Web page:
While the roles and responsibilities of a flooring contractor are well documented, consumer accountability is not as clear and is therefore loosely defined, usually acknowledged by the contractor involved or during the composition of a timber flooring contract.
This unfortunate situation often results in placing the burden of educating and raising the consumer’s awareness of their responsibilities on the contractor at hand. This need not be an onerous task; the savvy contractor will do this by asking the consumer a series of questions pertinent to each stage in the project and highlighting each party’s responsibility as a matter of process.
So when does a consumer’s responsibility commence?
It does so even before they choose a product. In an ideal world they would go shopping knowing the composition of their sub-floor, whether there was underfloor or in-floor heating already, any plumbing or electrical cabling, what height restriction might apply with regard to the product depth, the wattage of their power supply, limitations to working hours and site access, and their occupational health and safety responsibilities.
Since this is not an ideal world, a site visit prior to providing an estimate is essential, and is also the perfect time to begin raising consumer awareness of their responsibilities. Very few consumers have the knowledge to check the substrate on their own. This is also a good opportunity for the contractor to check for access to adequate power supply and parking for delivery and tradesmen, as well as entry and lock up details, and if anyone has to be notified when the installer arrives or leaves the site – we shouldn’t assume that the site will be accessible at all times.
Prior to arranging for the delivery of the timber flooring to the site it’s a good idea to do another check, just to make sure that the building is able to be locked up, that power is available, heating and cooling systems are operational and all other trades have vacated the site.
The contractor should be present when the timber is delivered, to check they are receiving the right product. Being present also means that you can ensure that the material is stored and stacked appropriately for acclimatisation.
Before installation of the timber commences, the consumer has a duty of care to inform the installer of any circumstances that may impact them in the performance of their work or may cause bodily harm.
In short, the consumer must provide a work environment that meets occupational health and safety requirements and should carry appropriate indemnity insurance.
Chances are, most consumers – especially the domestic ones – will not be aware of their responsibilities to the contractor, so it’s quite alright for the installer to request from the homeowner information that is appropriate for the successful execution of his/her work.
A professional should be implementing the best work practises always, as well as manufacturer’s instructions and the relevant standards.
Evaluating and documenting site conditions and the installation environment is a good habit to get into; well documented procedures are invaluable when problems occur.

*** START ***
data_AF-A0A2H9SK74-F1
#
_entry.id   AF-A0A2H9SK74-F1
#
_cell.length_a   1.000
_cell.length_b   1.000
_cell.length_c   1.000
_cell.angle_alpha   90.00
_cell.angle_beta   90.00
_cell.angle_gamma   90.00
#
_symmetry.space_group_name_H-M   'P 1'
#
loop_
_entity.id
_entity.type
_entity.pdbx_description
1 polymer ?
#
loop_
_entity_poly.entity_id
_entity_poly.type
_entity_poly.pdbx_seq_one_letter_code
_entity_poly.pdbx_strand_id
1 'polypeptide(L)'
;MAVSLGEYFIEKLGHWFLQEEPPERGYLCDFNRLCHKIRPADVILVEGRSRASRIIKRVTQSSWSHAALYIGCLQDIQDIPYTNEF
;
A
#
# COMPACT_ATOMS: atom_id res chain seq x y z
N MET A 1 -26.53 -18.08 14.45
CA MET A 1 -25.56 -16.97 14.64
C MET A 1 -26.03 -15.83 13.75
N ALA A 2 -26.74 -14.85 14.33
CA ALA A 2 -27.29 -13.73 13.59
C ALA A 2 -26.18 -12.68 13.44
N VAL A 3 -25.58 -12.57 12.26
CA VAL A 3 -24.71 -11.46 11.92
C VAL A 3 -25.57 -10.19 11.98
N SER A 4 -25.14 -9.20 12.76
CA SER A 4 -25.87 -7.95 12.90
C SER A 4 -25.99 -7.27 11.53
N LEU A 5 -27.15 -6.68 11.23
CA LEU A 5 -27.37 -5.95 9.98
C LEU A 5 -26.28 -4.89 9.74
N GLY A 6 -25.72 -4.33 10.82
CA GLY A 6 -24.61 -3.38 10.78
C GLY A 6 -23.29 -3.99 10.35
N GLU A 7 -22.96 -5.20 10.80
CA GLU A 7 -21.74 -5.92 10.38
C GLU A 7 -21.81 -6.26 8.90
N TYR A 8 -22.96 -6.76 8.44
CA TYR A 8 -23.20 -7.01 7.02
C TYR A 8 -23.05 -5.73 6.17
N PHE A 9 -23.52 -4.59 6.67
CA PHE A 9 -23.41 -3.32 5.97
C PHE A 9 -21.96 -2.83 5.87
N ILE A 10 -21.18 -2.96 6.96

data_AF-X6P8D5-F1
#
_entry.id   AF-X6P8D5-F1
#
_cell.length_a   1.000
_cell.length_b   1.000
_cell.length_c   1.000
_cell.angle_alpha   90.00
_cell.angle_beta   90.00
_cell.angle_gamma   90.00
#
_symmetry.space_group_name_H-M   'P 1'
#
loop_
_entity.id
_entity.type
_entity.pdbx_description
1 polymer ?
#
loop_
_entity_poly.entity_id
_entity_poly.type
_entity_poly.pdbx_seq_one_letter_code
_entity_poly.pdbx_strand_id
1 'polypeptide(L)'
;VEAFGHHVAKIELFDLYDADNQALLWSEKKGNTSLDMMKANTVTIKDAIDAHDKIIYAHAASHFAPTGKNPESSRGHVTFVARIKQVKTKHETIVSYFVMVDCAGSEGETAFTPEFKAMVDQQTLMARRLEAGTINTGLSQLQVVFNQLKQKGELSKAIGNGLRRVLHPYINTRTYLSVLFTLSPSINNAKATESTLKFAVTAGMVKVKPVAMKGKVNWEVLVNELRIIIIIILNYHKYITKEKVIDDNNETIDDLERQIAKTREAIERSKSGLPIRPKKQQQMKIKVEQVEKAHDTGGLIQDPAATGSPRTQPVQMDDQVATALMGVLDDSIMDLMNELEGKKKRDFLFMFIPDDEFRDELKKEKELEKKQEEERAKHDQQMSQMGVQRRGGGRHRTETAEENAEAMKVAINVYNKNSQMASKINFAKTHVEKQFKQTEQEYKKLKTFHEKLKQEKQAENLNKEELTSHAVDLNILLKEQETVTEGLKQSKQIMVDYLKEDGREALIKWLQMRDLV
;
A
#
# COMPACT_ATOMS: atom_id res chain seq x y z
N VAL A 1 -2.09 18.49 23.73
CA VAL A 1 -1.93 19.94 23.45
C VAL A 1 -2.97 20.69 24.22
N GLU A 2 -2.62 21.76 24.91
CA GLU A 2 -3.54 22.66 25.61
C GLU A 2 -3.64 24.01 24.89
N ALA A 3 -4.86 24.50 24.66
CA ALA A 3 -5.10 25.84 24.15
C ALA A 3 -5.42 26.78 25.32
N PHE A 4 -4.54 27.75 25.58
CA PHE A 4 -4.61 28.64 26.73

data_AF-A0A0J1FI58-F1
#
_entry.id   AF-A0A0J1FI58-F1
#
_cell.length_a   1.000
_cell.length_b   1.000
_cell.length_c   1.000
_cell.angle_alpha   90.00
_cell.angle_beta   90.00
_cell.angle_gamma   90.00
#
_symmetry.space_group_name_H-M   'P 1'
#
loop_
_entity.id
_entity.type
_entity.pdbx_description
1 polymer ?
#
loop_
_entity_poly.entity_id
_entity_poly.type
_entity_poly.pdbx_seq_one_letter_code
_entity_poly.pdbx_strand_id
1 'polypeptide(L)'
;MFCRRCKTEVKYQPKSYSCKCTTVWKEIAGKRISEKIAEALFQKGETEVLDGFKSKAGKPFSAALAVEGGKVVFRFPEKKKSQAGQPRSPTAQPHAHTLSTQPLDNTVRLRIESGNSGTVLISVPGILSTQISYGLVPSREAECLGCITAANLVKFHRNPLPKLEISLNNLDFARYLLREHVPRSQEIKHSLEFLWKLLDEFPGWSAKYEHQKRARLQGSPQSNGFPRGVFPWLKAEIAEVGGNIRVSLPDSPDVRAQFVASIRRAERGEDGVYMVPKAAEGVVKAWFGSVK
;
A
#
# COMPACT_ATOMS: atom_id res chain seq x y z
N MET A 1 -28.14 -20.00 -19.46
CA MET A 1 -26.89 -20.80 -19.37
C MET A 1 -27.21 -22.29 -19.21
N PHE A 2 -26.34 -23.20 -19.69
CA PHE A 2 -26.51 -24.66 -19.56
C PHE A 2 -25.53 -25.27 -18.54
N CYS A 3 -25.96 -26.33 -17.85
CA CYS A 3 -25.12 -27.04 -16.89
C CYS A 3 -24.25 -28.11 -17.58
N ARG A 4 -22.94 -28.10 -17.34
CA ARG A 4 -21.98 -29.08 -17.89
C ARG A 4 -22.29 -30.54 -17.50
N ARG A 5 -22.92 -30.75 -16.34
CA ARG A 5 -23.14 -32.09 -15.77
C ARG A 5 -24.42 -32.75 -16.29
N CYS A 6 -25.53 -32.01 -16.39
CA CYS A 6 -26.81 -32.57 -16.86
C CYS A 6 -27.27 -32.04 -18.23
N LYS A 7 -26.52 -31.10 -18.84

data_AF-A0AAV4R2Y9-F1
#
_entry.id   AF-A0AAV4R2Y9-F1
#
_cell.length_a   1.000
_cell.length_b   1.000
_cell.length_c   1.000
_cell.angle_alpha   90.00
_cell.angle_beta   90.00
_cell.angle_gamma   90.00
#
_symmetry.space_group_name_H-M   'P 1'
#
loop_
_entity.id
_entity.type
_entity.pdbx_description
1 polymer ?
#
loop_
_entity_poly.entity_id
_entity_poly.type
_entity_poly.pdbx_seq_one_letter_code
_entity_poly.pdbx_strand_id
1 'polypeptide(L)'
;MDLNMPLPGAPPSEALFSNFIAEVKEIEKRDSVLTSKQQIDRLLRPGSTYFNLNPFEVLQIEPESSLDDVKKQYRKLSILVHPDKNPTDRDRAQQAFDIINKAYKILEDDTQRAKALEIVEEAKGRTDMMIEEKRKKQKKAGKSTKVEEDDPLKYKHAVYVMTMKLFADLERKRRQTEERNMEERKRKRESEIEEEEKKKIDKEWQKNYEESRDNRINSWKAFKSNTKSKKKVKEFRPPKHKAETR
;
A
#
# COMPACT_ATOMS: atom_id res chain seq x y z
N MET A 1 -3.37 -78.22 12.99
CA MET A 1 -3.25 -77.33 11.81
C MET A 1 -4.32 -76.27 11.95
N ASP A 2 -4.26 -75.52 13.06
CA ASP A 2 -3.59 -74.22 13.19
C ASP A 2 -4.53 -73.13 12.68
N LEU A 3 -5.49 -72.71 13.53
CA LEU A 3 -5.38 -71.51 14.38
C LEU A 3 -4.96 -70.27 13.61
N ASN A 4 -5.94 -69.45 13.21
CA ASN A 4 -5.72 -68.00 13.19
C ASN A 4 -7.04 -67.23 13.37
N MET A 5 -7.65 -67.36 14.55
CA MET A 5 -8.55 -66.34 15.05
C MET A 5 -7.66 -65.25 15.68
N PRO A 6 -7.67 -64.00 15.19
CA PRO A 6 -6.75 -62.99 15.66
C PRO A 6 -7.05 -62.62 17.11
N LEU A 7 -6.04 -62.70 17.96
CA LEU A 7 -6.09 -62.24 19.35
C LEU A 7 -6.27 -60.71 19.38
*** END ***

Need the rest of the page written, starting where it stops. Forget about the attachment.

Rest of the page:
As a bare minimum, the following tests and measurements should be documented:
- Make sure to check the perimeter of the building to ensure water is directed away from the dwelling.
- Document the temperature and relative humidity readings in the service area and check the moisture content. Check the moisture content of the substrate and confirm that the substrate is level and sound.
- For installations over joist, check that there is adequate sub-floor ventilation and confirm the porosity of concrete subfloors (conduct a bead test).
- When it comes to sanding and finishing, the consumer is responsible for the disconnection of gas and electric appliances and the turning off of any pilot lights. They may also need to be made aware that residents with sensitive airways, pets (even goldfish!) should be relocated during and up to 72 hours after the final coating has been applied.
Food stored in cupboards and fridges can be contaminated by the gases contained in some coating materials.
You might think that having completed the project, the floor is the consumer’s responsibility from then on, but this may not be the case. An associate of mine discovered his client’s floor failed due to poor cleaning practises, and was held accountable for the problem because he failed to provide the customer with the manufacturer’s cleaning instructions. Standard after-care information would include drying time for the final coat, the importance of maintaining a stable environment, how to protect the floor from heavy furniture (felt pads) and additional maintenance and cleaning.
It is advisable to provide the client with a written check list of their responsibilities, have them sign to acknowledge receipt of the document and any relevant manufacturer’s recommendations.
Developing such a document can be a tedious job but it is cheap insurance, because when it comes down to ‘who’s responsible?’ the buck in most cases will stop with you.
Ray and Sharon Brice specialise in mediation training and project management. They have four decades of experience in the flooring industry.
Phone: 0407 591 697
Photo: Patryk Kosmider/Shutterstock.com